Lucban, Philippines

Southern Luzon State University

www.slsu.edu.ph
Lucban, Philippines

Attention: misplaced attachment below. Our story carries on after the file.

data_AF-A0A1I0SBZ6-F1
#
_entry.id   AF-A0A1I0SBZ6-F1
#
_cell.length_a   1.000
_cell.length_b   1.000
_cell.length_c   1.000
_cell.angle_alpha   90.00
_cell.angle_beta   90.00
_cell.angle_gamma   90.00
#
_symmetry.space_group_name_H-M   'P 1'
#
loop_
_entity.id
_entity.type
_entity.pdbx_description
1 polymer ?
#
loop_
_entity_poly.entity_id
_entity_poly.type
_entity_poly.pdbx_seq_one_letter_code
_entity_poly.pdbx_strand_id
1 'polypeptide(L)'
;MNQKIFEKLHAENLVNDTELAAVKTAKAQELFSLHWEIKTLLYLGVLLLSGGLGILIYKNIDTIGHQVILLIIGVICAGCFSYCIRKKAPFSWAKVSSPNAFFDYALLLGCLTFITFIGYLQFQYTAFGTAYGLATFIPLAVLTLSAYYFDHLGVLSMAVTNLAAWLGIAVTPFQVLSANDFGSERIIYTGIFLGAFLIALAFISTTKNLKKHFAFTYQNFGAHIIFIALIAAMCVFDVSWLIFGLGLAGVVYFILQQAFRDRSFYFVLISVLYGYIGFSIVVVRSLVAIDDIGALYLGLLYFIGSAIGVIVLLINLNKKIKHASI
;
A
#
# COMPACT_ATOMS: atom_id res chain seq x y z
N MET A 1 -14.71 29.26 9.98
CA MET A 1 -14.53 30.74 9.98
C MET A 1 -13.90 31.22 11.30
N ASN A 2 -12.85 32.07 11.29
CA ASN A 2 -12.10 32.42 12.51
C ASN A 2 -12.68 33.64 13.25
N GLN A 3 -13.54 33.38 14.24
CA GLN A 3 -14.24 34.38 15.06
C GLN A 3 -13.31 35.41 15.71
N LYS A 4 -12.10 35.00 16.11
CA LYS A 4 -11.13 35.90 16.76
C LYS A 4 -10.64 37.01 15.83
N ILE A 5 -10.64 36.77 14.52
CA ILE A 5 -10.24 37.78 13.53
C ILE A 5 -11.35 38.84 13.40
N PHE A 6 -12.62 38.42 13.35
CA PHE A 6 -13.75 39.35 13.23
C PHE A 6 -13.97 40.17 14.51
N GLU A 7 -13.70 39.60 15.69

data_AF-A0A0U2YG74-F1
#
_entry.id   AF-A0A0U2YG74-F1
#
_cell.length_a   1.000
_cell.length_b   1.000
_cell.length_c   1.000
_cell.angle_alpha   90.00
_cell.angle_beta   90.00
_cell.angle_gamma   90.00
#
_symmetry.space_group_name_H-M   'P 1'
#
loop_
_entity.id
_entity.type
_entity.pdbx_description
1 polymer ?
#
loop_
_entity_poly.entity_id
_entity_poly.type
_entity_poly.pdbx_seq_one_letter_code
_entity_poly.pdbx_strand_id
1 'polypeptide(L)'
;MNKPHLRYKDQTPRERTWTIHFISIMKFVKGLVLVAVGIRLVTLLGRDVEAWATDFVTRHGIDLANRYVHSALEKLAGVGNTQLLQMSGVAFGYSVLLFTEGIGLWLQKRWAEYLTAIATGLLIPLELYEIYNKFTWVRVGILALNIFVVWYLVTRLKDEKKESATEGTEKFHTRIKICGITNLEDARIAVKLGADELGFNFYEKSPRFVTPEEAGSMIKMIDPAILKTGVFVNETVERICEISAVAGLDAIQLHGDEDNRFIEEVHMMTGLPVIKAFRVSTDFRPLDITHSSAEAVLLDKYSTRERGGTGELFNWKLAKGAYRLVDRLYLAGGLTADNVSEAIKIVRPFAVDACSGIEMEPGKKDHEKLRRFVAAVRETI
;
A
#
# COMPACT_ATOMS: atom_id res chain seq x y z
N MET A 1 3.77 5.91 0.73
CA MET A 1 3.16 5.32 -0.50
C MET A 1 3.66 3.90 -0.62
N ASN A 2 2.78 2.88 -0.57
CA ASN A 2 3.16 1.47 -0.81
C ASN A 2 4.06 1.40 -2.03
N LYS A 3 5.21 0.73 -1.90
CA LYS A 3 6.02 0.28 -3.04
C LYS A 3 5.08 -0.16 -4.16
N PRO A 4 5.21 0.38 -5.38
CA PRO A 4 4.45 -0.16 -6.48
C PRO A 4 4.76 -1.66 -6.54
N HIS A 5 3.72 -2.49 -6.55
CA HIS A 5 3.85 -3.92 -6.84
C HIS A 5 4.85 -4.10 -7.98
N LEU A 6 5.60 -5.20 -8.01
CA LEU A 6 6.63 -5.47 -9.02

Southern Luzon State University , formerly known as Southern Luzon Polytechnic College is a public non-sectarian educational institution with eight campuses spread all over the province of Quezon. Its main campus is located at the Municipality of Lucban, a town sitting at the foot of Mount Banahaw in the province of Quezon, Philippines.The University has been recognized by the Professional Regulation Commission as one of the most competitive Universities in the country as perceived from its passing rate in different professional examinations particularly in Nursing, Education, Engineering, Agriculture, Accountancy, and Forestry. It is home to board exam topnotchers in Nursing, Engineering, and Agriculture. In the recent board examinations, Kimberly Malubago ranked 4th, Reynaldo Flores ranked 5th, and Belly Faller ranked 10th in the 2011 Nursing Licensure Exam, Dawil Ona ranked 3rd in the 2012 Mechanical Engineering board exam, Edmar Elca ranked 8th in the September 2013 Mechanical Engineering board exam; Leo Paolo Ramos from SLSU-Tiaong ranked 5th in the Agriculturist Licensure Examination. and Karla Magundayao ranked Top 5 in the recent 2014 Forestry Licensure Examination.The University submits to periodic accreditation through the Accrediting Agency of Chartered Colleges and Universities in the Philippines to ensure that its academic programs maintain quality standards. As of December 31, 2013, SLSU has 31 accredited undergraduate and graduate programs in the main and satellite campuses.As a world class institution, SLSU forged partnership with international educational institutions such as Thai Nguyen University of the Socialist Republic of Vietnam, EDS Business Academy of Malaysia, and American Heritage University of the United States. The partnerships allow students from the different countries to study in the said Universities through student exchange programs. Likewise, as part of the partnership, SLSU sends faculty members to teach English, Business Administration, Science, and Agriculture courses in Vietnam.True to its vision, the University advocates not only the provision of quality tertiary education in the region, but the promotion of a healthy environment through its protection and management of Mt. Banahaw.The main campus has seven colleges namely College of Allied Medicine, College of Teacher Education, College of Engineering, College of Industrial Technology, College of Arts and science, College of Business Administration and College of Agriculture. It also competitive satellite campuses in Tagkawayan, Alabat, Polillo, Sampaloc, Lucena, Tiaong, and Infanta. New satellite campuses have been opened in Gumaca and Catanauan to cater the needs of the people for quality tertiary education at a lower cost. Wikipedia.